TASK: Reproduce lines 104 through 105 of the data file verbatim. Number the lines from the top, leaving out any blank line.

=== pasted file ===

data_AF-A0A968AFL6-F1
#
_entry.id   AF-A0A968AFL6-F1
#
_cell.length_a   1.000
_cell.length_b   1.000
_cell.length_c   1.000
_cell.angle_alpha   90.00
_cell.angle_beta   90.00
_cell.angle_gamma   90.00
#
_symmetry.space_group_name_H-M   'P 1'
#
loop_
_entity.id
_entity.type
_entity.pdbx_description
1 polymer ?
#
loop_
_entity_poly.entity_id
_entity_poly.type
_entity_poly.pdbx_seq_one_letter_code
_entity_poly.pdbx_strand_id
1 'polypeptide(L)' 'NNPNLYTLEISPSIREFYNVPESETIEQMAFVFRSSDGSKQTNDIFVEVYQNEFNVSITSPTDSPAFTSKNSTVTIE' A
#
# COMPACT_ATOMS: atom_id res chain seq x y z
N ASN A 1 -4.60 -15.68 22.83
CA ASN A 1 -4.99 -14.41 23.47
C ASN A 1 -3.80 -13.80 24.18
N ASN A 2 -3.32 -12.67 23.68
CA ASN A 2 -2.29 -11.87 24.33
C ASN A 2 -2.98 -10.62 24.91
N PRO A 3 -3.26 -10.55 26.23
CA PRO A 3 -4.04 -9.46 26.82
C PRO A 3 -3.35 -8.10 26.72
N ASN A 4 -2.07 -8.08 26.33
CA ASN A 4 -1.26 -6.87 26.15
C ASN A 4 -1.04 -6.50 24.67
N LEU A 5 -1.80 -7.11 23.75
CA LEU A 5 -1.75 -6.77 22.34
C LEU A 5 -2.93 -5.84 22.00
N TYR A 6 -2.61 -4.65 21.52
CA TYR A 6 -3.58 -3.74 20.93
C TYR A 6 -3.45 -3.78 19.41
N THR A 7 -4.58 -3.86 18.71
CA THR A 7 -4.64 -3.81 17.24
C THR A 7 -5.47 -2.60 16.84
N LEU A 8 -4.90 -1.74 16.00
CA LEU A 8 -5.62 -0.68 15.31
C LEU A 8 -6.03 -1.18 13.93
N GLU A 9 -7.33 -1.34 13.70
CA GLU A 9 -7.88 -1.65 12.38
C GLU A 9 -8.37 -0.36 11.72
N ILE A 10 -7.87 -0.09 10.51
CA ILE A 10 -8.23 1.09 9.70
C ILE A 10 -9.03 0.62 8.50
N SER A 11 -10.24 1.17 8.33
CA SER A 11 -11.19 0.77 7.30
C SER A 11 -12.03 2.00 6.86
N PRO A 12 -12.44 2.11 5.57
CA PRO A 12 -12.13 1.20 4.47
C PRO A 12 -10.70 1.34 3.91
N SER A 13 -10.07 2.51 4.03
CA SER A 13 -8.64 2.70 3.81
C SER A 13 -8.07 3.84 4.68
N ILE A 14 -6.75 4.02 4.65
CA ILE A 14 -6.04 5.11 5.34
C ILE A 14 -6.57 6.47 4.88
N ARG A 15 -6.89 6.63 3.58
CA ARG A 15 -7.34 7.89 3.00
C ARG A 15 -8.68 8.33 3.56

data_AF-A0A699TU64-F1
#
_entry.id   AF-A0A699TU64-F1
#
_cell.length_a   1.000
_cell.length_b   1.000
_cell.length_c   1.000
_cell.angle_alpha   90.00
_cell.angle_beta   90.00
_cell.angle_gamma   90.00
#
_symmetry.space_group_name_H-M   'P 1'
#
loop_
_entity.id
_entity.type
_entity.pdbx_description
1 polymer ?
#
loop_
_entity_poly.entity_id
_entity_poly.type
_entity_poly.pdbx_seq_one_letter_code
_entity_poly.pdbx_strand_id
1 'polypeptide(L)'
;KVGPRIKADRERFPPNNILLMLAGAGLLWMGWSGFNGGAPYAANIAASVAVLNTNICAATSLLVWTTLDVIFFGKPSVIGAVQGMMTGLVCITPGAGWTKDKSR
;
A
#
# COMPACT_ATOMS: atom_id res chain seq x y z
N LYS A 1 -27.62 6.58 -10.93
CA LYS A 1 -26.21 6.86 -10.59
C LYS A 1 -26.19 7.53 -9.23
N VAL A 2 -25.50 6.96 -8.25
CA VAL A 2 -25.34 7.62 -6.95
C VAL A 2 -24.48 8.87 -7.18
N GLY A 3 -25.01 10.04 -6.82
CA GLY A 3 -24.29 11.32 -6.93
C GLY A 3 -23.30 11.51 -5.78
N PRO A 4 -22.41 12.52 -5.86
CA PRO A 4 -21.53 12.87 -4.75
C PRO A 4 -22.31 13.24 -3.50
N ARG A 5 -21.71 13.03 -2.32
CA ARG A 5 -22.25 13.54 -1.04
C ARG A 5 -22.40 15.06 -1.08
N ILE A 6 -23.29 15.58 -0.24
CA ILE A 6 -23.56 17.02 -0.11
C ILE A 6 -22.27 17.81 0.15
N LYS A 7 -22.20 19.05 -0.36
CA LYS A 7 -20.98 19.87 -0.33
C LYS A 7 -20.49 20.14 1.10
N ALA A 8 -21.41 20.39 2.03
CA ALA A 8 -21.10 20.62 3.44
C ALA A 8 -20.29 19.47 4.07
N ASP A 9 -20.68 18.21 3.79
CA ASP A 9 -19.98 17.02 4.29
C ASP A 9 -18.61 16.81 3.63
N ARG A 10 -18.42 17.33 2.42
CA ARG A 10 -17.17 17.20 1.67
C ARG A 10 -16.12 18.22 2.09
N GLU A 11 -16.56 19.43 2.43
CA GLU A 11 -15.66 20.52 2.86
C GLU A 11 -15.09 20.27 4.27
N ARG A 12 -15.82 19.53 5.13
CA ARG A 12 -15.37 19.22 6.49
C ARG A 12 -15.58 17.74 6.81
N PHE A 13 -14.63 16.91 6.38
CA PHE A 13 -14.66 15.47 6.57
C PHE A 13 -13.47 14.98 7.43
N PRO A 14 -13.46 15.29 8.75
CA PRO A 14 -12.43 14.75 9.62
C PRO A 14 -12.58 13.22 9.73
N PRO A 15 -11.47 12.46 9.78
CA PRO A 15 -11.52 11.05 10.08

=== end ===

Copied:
CA LYS A 1 -26.21 6.86 -10.59
C LYS A 1 -26.19 7.53 -9.23